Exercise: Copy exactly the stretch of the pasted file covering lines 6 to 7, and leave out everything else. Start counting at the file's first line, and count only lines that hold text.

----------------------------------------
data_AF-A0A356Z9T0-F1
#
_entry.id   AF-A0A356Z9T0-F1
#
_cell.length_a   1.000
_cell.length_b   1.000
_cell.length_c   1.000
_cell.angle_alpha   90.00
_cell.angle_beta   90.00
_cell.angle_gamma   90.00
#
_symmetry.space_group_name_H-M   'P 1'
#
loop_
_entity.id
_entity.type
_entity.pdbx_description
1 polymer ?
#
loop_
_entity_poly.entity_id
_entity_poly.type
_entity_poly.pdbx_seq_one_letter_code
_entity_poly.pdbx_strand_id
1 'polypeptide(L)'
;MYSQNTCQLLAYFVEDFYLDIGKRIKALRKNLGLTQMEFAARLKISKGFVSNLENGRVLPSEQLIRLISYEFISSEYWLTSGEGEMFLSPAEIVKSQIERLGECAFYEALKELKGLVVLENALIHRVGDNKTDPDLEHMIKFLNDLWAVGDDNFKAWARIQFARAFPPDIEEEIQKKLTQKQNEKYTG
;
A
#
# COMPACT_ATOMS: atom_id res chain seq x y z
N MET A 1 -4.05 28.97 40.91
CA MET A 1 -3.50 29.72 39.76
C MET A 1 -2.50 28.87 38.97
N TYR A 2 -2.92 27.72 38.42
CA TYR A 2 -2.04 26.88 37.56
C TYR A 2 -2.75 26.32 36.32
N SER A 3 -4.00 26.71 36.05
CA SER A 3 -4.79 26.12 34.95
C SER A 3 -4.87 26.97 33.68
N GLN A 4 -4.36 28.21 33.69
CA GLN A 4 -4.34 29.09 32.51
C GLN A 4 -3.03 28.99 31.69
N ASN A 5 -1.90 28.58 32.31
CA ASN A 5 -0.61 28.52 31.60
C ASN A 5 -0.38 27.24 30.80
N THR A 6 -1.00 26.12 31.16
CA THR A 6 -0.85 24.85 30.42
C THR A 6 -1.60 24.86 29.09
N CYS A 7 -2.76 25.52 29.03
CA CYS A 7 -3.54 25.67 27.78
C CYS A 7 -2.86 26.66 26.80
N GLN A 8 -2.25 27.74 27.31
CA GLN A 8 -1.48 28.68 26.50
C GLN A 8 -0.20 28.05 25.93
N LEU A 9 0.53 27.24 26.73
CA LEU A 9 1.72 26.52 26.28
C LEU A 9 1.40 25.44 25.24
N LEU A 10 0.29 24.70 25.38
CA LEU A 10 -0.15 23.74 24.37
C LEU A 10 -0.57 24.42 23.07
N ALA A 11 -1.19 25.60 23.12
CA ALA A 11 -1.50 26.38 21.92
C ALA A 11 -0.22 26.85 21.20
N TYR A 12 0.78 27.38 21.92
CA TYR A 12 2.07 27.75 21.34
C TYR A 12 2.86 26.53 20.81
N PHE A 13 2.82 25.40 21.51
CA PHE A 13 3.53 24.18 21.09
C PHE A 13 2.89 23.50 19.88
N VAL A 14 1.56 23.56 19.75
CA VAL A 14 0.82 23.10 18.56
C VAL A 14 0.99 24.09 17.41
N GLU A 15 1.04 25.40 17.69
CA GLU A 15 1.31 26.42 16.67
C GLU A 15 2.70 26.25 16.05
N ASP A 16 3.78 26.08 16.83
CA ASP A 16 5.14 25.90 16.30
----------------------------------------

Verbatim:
_cell.length_b   1.000
_cell.length_c   1.000